NFTs: Digital Assets with Real-World Value
Just last week, Collins dictionary chose NFT as its ‘word of the year’ for 2021 – mostly because people are making $$$ from the blockchain-based tech and it’s been buzzin’ like a ubiquitous bee. But what exactly is a digital token? And how does it affect our lives, commerce, and the metaverse on the whole? Let’s start with the basics:
What are NFTs and how the heck does a digital entity have value in the real world?
Of course, we most often hear the term ‘non-fungible token’ mentioned in connection with cryptocurrency, but that can be misleading. You see, the sales and ownership of both NFTs and crypto can be tracked on public blockchains – but unlike cryptocurrency, NFTs are unique and cannot be interchanged.
Let’s dig down to the root with the lesser-known word ‘fungible’, which, to most, sounds like a nasty skin condition. ‘Fungible’ simply means interchangeable or exchangeable.
Fungible goods are items that are interchangeable because they are identical to each other for practical purposes. In financial terms, commodities, common shares, options, and dollar bills are examples of fungible goods. Stocks are considered fungible goods as well, because it doesn’t matter who owned them previously, or (in the case of cross-listed stocks) whether they were purchased on the NYSE or TASE or anywhere else.
However, assets like diamonds, land, real estate, or even trading cards are non-fungible goods, because each unit has unique qualities that either add to or subtract from its value. Individual diamonds have different cuts, colors, sizes, and grades, so they cannot be referred to as fungible goods. The same goes for real estate: Even on a street of identical houses, each house gets a unique view, different levels of noise and traffic, and is in varying states of disrepair.
Now, on to NFTs.
Here’s the short version of Wikipedia’s definition:
“A non-fungible token (NFT) is a unique and non-interchangeable unit of data stored on a blockchain.”
For those in the audience too shy to ask, a ‘blockchain’ is a digital ledger consisting of records (or ‘blocks’ of data) that is used to record transactions across a network.
So, in other words, an NFT is a unique digital certificate, registered in a blockchain, that is used to record ownership of an asset. What makes it different from other fungibles, is that the ‘asset’ in this case is digital. ‘Unique’ is important here too – it’s a one-off, not ‘fungible’ or replaceable by any other piece of data.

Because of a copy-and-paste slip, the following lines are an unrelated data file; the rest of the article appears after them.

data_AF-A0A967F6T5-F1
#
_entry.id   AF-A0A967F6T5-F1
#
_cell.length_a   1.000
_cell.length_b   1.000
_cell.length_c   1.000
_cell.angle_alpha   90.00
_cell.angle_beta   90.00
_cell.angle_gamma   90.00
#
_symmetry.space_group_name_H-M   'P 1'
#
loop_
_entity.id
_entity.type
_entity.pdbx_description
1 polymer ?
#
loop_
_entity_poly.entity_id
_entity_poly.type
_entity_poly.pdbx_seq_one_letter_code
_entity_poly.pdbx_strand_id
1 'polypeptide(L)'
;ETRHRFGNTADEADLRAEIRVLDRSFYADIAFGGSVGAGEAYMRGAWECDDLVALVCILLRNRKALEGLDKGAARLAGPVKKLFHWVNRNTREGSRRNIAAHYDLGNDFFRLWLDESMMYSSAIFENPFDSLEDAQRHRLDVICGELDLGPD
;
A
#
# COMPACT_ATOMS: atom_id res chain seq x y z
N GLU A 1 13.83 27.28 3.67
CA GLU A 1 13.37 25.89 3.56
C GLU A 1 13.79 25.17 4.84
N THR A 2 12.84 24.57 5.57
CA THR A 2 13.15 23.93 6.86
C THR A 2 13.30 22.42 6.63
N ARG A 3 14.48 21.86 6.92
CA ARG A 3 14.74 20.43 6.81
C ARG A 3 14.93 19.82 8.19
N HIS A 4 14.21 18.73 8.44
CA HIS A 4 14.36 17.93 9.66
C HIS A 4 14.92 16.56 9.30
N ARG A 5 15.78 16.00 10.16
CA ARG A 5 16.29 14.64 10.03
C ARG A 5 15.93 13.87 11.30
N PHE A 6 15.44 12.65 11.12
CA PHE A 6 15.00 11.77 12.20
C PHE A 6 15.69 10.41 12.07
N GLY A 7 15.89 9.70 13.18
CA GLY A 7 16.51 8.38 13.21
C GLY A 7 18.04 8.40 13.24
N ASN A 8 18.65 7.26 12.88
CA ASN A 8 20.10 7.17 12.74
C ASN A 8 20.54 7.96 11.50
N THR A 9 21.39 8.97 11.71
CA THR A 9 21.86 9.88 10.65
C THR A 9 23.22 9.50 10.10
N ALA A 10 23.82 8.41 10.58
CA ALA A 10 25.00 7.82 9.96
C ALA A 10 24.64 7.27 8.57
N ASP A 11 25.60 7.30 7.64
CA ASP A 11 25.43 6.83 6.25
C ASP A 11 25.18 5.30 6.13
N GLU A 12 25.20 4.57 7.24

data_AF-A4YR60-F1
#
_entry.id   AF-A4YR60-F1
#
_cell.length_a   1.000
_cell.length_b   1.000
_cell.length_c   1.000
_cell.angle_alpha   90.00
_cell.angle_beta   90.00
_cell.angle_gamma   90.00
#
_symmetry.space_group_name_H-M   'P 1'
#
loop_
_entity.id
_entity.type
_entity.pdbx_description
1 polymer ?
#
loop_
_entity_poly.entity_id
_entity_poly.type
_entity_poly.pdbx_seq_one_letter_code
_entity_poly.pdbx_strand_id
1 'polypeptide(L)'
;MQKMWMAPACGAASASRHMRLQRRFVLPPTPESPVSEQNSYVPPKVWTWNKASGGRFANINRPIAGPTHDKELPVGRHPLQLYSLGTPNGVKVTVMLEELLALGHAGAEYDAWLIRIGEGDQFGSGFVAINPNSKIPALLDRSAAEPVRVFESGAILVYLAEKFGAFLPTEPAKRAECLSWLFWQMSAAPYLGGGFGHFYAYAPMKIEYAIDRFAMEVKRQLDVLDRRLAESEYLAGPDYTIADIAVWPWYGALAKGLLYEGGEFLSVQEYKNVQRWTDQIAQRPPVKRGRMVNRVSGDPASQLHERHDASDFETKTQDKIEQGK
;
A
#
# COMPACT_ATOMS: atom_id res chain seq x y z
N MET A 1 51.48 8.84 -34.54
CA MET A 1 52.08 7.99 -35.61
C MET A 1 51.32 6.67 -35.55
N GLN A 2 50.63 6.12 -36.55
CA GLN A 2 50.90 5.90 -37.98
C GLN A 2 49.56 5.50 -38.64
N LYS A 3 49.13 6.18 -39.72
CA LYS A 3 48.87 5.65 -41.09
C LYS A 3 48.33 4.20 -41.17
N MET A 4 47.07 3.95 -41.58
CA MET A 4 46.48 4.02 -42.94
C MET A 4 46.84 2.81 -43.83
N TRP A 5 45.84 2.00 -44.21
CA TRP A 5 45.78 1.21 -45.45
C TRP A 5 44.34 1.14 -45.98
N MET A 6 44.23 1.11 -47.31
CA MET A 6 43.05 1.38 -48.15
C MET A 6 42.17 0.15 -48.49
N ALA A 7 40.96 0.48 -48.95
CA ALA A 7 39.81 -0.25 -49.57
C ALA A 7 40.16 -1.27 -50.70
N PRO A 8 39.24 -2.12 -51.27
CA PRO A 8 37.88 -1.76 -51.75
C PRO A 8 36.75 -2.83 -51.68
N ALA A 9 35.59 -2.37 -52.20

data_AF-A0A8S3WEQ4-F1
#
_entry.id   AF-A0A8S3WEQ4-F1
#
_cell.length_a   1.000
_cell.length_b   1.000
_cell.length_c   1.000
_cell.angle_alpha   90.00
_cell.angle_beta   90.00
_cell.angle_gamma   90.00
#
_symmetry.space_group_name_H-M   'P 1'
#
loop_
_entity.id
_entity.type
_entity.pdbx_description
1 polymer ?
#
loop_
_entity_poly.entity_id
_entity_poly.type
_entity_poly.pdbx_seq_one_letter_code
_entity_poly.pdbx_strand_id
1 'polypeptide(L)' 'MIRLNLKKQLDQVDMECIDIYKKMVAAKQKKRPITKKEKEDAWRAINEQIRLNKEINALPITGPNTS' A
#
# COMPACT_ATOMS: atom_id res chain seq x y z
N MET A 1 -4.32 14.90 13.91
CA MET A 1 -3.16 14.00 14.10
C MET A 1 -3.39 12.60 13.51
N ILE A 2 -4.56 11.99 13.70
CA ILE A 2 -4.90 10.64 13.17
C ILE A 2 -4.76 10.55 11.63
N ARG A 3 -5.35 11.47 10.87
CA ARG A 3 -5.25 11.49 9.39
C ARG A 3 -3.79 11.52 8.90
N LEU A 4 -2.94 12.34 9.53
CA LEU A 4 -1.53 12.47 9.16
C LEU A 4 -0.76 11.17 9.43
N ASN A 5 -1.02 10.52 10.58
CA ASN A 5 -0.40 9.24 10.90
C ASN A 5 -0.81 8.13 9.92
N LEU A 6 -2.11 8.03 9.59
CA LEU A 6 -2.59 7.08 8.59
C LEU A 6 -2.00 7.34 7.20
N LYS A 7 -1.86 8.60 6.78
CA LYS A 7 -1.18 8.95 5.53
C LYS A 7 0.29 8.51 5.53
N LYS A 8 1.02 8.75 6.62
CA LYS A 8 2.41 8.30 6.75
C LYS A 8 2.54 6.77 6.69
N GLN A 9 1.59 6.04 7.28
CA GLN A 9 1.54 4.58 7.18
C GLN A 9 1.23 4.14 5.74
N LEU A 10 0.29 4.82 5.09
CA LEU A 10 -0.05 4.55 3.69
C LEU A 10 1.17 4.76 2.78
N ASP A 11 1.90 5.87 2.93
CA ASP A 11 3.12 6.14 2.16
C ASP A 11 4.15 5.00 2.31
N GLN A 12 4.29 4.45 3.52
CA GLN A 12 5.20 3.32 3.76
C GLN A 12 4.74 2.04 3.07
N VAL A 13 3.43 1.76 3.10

The biggest NFT boom has been felt in the art world, however, with digital artworks selling for unheard of amounts of cash. Yes, digital art, such as music, drawings, memes, videos, or gifs – like this Dogecoin one, inspired by the iconic Nyan Cat animation.In fact, anything digital can be sold. Like this blog post, or a pic of my dog. There’s a pet-rock club out there (I wish I were kidding) where basic digital drawings of rocks are made for the sole purpose of being sold as NFTs. There’s also Jack Dorsey’s first tweet – yeah, this one that’s been on his profile for the past 16 years for anyone to see – that just sold for $3 million. And Beeple, a digital artist whose “Everydays” artwork sold for a whopping $69 million. Here it is for free:
It’s impressive, admittedly…
But wait, if these are NFTs, how can I have access to them and use them here? I mean, if you buy a piece of art it’s ONLY yours, right?
Well, yes, but also no.
And this is where things get kinda complicated. Let’s look at the latter, longer part of the Wikipedia definition: “NFTs can be associated with easily-reproducible items such as photos, videos, audio, and other types of digital files as unique items (analogous to a certificate of authenticity), and use blockchain technology to give the NFT a public proof of ownership. Copies of the original file are not restricted to the owner of the NFT, and can be copied and shared like any file.”
That means you can copy any NFT’s digital file as many times as you want. And because it’s digital, the copy is as good as the original. But the NFTs themselves (the tokens) are designed to give you something that can’t be copied: ownership of the work. To put it in terms of physical art collecting: anyone can buy a Van Gogh print, but only one person can own the original.